EDF to miss its own deadline for Hinkley Point nuclear decision
French energy giant does not expect to take final investment decision on Britain’s first new nuclear plant in a generation until the autumn, missing its own target of July
EDF expects to miss its own deadline for deciding whether to build Britain’s first new nuclear plant in a generation, the Telegraph can disclose.
The French energy giant announced in October that it planned to take a final investment decision on the £16bn Hinkley Point C plant by July, after striking a landmark subsidy deal with government.
But it now believes that an ongoing European Commission investigation into whether the subsidies are illegal state aid will not be fully resolved until autumn, forcing its decision on the Somerset plant back until then.
The delay could threaten EDF’s plans to deliver first power from the plant in 2023 – a timescale it had said was “subject to a final investment decision by July 2014”.
It also pointed out many key details of the deal, including a £10bn-plus loan guarantee from the Treasury, could not be scrutinised as they were yet to be finalised. It is understood the loan guarantee may not be finalised until May.
Amid intense scrutiny of the Hinkley plan, EDF is also lobbying strongly against a long-term freeze of the UK’s rising carbon tax, which it fears would weaken the case for Hinkley by pushing up the bill for direct subsidies for the plant.
Under October’s deal, EDF has been guaranteed a price for the power the plant generates of £92.50/MWh, almost double the current market price for power, with the difference subsidised through levies on consumer energy bills.
A rising UK carbon tax would push up the market power price, reducing the total direct “top-up” subsidy to Hinkley and potentially making the deal more palatable to politicians and the EC alike.
But under pressure to tackle rising energy bills the Chancellor now is expected to announce a freeze of the carbon tax in next week’s Budget.
EDF – whose existing nuclear power plant fleet would also benefit significantly from the rising carbon tax – is understood to be urging the Chancellor to guarantee that any freeze would last no more than a two years and that the tax would then revert to its upwards trajectory.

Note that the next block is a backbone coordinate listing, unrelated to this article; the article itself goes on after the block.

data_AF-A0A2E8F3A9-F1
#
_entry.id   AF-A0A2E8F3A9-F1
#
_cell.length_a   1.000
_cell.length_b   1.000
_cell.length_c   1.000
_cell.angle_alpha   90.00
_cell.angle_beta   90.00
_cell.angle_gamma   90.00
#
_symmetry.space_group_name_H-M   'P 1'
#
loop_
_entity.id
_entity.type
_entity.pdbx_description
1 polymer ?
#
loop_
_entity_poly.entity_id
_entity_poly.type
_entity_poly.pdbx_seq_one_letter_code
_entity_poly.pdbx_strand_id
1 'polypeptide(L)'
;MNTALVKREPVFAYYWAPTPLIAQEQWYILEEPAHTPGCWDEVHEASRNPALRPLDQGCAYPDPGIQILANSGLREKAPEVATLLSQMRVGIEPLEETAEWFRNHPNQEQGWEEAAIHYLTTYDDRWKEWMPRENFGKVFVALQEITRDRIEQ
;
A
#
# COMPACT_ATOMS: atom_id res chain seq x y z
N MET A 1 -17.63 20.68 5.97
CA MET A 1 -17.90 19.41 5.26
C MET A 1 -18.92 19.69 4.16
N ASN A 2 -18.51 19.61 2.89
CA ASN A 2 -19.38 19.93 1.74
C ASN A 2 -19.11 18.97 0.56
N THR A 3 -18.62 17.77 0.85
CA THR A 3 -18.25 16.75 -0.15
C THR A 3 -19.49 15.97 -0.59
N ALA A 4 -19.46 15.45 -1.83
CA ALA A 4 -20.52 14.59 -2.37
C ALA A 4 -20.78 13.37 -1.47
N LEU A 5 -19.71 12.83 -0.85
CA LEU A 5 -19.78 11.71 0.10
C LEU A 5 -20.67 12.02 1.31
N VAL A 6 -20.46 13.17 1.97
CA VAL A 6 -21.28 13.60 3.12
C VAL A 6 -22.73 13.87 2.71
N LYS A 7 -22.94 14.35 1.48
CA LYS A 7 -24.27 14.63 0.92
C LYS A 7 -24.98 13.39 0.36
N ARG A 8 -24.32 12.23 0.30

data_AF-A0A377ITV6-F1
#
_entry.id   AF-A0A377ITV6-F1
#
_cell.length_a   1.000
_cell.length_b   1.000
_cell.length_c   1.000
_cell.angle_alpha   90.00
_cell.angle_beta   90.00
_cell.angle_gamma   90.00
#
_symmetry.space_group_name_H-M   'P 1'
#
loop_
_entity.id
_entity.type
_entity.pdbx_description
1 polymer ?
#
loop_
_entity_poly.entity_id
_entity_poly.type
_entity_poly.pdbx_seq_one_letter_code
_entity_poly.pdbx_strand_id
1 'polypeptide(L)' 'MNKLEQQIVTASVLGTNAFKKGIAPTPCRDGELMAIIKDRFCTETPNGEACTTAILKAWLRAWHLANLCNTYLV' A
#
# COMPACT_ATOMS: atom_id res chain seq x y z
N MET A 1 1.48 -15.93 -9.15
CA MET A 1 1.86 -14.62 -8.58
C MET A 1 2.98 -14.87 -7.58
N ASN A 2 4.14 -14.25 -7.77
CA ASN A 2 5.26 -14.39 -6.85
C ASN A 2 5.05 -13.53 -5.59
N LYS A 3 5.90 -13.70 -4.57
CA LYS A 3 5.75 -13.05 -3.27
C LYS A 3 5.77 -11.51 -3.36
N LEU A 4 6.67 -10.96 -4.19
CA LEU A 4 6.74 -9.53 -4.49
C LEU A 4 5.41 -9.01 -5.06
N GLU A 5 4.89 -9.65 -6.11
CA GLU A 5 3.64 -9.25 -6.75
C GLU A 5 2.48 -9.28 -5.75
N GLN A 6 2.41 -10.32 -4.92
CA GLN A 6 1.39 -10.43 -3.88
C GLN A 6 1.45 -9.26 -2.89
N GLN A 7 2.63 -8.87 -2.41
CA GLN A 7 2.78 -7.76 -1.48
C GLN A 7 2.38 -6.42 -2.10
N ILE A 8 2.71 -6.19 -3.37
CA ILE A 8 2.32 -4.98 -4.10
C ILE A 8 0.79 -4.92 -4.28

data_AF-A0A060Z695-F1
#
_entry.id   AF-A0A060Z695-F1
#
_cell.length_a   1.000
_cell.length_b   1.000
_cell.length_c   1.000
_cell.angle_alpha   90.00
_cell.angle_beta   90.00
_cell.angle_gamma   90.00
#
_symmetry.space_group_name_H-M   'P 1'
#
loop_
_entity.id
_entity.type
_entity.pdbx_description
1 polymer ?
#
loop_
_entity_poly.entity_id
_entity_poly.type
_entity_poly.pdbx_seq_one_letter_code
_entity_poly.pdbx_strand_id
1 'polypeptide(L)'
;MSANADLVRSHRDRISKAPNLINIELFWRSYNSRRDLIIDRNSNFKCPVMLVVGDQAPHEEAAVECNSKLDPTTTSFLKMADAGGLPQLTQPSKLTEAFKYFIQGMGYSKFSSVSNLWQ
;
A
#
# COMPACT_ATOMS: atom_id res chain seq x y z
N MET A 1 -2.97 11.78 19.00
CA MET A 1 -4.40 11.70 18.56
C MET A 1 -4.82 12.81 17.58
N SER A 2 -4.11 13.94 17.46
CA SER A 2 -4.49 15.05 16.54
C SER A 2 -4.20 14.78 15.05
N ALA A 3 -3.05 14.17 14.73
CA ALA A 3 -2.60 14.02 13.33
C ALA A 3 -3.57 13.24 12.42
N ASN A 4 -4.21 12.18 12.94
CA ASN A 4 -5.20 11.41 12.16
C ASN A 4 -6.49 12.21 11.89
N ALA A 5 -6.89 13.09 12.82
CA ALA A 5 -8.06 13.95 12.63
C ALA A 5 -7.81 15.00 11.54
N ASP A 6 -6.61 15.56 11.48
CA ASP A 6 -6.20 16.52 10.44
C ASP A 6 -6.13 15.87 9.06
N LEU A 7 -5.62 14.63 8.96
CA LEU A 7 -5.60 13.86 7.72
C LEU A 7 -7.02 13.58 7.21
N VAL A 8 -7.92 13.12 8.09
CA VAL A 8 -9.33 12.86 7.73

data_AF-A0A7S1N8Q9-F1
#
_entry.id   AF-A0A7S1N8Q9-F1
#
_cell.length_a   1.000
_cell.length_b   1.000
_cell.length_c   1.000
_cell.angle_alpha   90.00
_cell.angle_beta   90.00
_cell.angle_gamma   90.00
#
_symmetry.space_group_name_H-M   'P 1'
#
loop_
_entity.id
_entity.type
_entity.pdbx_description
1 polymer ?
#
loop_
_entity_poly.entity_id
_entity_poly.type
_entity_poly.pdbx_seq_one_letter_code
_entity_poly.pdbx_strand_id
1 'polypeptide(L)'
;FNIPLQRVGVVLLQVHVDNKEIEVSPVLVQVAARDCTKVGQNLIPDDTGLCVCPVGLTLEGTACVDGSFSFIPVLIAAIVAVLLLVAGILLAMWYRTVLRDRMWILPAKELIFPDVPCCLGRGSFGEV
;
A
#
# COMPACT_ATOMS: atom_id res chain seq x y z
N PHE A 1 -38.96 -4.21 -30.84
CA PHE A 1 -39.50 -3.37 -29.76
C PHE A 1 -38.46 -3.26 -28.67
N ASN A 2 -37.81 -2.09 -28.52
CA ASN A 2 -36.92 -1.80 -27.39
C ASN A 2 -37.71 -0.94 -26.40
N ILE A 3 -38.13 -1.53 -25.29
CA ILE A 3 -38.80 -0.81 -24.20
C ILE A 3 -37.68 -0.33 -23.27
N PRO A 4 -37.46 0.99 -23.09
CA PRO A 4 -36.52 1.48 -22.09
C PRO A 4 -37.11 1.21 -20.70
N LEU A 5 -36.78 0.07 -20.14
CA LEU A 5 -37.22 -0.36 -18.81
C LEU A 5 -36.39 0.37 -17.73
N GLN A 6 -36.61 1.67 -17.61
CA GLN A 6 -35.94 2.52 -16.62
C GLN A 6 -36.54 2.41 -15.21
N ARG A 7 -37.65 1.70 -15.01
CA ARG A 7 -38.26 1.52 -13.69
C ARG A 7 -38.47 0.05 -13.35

The company, which is still in talks with potential investors to take stakes in the Hinkley Point project, also argues that a policy u-turn on the carbon tax would damage the UK’s attractiveness.
EDF has been at pains to insist it can deliver Hinkley “on time and on budget”, despite its Flamanville reactor in France being dogged by cost blowouts and years of delays.
However, it has already publicly set and then missed a string of deadlines for Hinkley, which was once supposed to be running by 2017, while the cost has “rocketed hugely”, according to former partner Centrica.
A damning 70-page critique published by the EC in January raised a series of concerns with the subsidy deal, arguing that it may be unnecessary, risked handing EDF excess profits and could severely distort competition.It said that total public subsidy could reach £17bn – more expensive than the plant itself.
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EDF chooses Hydratight for new framework agreement
Hydratight has just completed the first package of steam generator tooling as part of the recently secured six-year frame agreement with Électricité de France (EDF), France’s main electricity generation and distribution company, which manages all of the country’s functioning nuclear power facilities.
Hydratight has been EDF’s preferred provider for the previous six years during which time the company has supplied products and services to ensure the safe running and up-time of France’s nuclear power plants. This has included providing multi stud tensioning systems and manway lifting devices.
Gavin Coopey from Hydratight commented: “Over the last six years we have grown and developed with EDF. The team recognised our expertise and capabilities and this is what won us the new agreement.
“We have an excellent working relationship with EDF and all of the team are looking forward to continuing with what has proved to be a very productive agreement for both companies.
“France is a very important market to be involved with in the nuclear energy sector and we are delighted that EDF have chosen to again trust Hydratight as a chosen supplier.”
France derives nearly 75% of its electricity from nuclear power plants, making it the most nuclear reliant country in the world.
Sellafield nuclear plant given the all-clear after ‘elevated levels of radioactivity’ detected
The Sellafield nuclear plant has been given the all-clear after “elevated levels of radioactivity” were detected on Friday morning.
More than 10,000 non-essential staff were told to stay at home following problems at the site in Cumbria, which is the biggest nuclear site in the UK.
A perimeter alarm was triggered at the north of the site, leading to buildings being checked by safety staff, but it was later discovered the higher than normal levels were due to “naturally occurring background radon”.
It was the first time the site has been run on limited staff for safety reasons in recent memory, although a large number of staff were also told to stay away due to heavy snow last March.
A statement said: “Sellafield Ltd can confirm that the radioactivity detected by one of our in-air monitors overnight is not attributable to any issue or problem with any of our operations on site.